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Air pollution may impact sperm quality, new study suggests

Men that live in areas with high levels of particulate matter (PM2.5) pollution tend to have worse sperm quality, according to a new study published in Jama Network. 

Researchers in Shanghai studied 33,876 men in China and found that poor air quality impacted sperm mobility, meaning the ability of the sperm to swim the right way. 

Although the link between fertility and air pollution has been noted previously, the connection between sperm quality and polluted air has been conclusively shown due to inconsisnent data. 

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‘This paper adds to the evidence base suggesting the link is real and is impressive because it uses semen quality data from over 30,000 men,’ commented Professor Allan Pacey, Professor of Andrology at the University of Sheffield.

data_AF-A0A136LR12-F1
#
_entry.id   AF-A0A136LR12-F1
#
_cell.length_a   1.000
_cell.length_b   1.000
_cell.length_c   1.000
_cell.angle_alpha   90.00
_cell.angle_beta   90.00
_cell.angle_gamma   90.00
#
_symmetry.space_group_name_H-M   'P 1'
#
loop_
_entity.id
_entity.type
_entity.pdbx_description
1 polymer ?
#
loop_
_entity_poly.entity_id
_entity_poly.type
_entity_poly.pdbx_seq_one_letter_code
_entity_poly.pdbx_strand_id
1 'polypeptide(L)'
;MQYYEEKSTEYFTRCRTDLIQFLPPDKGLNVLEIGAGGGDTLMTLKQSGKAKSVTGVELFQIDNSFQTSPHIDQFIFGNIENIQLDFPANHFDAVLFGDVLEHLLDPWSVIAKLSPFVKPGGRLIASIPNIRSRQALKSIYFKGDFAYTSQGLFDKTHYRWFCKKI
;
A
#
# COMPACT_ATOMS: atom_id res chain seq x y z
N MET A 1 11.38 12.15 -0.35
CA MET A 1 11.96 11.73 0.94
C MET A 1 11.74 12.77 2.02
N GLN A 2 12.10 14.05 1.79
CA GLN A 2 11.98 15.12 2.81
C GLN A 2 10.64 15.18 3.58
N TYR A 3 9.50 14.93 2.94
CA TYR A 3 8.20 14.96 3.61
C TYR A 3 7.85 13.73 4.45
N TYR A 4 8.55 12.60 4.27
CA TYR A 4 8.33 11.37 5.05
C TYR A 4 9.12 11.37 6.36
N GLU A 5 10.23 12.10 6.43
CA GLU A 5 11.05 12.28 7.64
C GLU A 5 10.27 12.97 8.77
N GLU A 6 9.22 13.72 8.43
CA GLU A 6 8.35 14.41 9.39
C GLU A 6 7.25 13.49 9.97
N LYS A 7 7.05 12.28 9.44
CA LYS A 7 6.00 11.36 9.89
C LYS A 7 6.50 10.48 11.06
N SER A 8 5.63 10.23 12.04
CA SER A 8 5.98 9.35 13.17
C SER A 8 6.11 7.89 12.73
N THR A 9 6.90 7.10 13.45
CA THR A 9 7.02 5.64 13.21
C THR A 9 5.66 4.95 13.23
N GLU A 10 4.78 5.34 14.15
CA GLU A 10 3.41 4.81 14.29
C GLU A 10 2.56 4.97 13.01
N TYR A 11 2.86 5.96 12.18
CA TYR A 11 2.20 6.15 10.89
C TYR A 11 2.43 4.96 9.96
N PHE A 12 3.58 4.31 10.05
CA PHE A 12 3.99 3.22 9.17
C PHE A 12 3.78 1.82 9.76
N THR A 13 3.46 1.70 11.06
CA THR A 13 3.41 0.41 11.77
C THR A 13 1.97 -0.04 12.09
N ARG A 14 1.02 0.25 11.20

‘The conclusions (that increased air pollution in this particular part of China may be associated with reduced sperm motility) is interesting but of course, is correlation and not causation,’ added Pacey.

However, the researchers do highlight that factors other than air quality may be at play here. Factors that influence sperm quality like ethnicity, age, body mass index, smoking, alcohol consumption, and some aspects of the weather were taken into account by the researchers, but it’s not possible to adjust for everything that might have been relevant.

In related news, late last year, Air Quality News conducted an in-depth investigation into the different ways that air pollution impacts fertility. 

 

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